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A report in the NYT the other day, Plan for China’s Water Crisis Spurs Concern, provides an update on the ambitious attempt by the Chinese government to redirect water from the south of the country to the increasingly dry north.
The Chinese, it seems, have a very sanguine view of their ability to control the forces of nature. As Chairman Mao once famously declared:
Natural science is one of man’s weapons in his fight for freedom. For the purpose of attaining freedom in society, man must use social science to understand and change society and carry out social revolution. For the purpose of attaining freedom in the world of nature, man must use natural science to understand, conquer and change nature and thus attain freedom from nature.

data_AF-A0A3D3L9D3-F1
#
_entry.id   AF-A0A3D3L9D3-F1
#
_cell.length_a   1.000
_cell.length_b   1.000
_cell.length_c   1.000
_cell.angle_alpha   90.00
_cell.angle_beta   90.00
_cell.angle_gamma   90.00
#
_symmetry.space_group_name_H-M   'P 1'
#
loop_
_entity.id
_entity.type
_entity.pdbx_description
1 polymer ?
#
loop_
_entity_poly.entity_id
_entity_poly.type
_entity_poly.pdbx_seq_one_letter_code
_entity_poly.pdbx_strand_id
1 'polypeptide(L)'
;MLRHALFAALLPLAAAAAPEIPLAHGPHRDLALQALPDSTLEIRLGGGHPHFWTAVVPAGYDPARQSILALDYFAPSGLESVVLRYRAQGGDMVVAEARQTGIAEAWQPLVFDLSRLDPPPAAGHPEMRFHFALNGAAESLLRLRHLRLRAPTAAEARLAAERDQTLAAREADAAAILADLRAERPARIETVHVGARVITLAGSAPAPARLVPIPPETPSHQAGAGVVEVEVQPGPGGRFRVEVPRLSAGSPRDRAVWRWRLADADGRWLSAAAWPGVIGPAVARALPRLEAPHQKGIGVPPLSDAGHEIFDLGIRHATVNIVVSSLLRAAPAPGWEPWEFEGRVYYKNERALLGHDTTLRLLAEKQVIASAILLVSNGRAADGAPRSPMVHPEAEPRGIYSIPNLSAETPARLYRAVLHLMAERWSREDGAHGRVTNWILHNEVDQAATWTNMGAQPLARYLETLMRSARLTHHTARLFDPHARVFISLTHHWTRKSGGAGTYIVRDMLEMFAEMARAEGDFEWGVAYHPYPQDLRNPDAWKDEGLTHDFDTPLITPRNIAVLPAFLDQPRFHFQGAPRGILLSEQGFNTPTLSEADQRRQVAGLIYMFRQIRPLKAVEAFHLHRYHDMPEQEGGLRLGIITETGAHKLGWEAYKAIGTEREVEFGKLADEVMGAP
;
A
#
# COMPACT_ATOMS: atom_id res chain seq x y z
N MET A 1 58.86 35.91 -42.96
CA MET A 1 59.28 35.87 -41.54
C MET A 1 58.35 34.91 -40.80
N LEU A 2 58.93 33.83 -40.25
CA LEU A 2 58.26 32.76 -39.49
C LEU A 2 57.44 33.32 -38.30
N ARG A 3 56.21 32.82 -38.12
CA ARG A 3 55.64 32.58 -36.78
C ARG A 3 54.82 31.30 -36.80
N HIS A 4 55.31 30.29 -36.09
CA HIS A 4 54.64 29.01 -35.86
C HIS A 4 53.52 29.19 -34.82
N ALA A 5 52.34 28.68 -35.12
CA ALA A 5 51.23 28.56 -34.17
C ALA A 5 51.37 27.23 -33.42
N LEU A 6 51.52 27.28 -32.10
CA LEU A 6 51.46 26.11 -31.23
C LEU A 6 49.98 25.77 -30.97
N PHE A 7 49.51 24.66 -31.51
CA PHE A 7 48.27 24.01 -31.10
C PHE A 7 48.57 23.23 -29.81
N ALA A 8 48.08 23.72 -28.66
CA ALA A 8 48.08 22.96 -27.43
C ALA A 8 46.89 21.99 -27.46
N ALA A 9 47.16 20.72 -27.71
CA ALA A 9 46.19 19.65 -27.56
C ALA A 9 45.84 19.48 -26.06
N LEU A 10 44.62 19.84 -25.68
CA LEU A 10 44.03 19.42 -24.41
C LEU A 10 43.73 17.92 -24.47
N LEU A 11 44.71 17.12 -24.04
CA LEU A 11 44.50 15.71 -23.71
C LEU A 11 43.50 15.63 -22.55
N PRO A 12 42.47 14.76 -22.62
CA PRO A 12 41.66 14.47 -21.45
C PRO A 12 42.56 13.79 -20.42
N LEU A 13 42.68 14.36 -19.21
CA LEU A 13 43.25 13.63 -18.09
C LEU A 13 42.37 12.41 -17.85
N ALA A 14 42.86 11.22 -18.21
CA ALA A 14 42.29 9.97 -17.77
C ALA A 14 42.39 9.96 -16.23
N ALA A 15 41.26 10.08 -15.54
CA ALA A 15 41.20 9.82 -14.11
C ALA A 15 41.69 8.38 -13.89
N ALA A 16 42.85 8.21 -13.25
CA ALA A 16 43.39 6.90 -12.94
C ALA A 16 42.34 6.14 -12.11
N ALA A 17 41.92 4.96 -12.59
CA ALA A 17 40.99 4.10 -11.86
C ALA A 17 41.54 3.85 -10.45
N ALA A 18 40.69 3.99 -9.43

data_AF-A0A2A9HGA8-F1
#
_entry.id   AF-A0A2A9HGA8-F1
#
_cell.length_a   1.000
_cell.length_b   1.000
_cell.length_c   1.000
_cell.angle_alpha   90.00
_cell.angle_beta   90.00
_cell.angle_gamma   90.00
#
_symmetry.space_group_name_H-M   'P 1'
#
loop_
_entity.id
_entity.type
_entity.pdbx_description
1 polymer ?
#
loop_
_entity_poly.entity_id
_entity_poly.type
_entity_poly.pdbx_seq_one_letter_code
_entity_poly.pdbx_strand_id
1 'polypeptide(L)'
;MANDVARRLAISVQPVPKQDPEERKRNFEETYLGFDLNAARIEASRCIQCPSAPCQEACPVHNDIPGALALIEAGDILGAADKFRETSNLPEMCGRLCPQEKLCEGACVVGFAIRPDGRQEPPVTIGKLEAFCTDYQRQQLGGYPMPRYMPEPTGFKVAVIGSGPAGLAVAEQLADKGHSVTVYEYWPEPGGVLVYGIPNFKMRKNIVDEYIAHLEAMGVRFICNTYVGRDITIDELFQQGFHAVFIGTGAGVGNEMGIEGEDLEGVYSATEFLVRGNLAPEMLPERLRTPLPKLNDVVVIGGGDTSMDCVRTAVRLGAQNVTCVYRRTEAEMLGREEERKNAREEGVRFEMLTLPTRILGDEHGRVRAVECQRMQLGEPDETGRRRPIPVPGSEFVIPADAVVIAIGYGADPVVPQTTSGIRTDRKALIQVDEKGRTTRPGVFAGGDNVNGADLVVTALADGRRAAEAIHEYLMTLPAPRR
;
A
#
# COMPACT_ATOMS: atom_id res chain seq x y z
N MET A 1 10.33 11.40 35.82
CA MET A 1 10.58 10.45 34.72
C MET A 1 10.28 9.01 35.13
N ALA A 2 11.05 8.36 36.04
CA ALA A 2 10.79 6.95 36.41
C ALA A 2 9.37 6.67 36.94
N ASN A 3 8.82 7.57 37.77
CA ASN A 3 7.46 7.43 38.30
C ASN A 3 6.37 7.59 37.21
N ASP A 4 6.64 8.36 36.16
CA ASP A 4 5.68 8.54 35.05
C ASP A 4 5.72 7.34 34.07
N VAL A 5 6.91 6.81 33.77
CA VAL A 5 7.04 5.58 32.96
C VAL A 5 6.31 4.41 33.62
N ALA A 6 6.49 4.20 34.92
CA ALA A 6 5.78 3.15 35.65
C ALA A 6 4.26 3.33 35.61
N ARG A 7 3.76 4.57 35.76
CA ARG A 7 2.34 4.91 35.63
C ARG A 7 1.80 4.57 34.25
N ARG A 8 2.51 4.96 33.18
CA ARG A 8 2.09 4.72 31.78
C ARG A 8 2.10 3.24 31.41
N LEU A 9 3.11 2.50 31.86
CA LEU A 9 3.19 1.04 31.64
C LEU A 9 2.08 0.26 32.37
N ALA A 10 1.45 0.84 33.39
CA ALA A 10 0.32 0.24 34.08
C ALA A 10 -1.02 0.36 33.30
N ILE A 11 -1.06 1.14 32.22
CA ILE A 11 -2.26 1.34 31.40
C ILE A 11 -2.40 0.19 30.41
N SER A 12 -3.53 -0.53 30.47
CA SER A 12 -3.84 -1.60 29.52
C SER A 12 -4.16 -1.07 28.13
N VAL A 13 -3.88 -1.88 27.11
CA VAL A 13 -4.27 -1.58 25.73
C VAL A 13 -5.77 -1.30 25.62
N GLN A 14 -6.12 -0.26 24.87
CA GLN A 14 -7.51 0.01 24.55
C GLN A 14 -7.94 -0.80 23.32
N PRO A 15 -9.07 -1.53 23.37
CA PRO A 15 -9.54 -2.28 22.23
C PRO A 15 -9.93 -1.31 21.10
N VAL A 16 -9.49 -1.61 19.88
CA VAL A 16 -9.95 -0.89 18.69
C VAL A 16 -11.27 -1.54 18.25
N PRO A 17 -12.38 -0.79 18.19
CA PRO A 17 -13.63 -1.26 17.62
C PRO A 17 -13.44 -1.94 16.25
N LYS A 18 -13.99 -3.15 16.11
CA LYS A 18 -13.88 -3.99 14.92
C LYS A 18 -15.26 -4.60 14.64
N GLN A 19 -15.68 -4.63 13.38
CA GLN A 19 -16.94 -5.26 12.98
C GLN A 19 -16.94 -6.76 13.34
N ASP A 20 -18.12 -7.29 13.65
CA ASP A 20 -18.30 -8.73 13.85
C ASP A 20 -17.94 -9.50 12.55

As no-one has yet successfully managed to replicate biodiversity, I confidently predict that this plan will add to China’s water problems rather than ameliorate them. What worries me most is that there does not seem to be a ‘Plan B’, or at least it is not publicly stated. Where will China go for its water when the well runs completely dry?
Filed under: Ecological degradation, Human rights, Pollution, Water | Tagged: China, climate refugees, Gaia, politics of water, pollution, river redirection, water, Yangtze, Yellow River | Leave a Comment »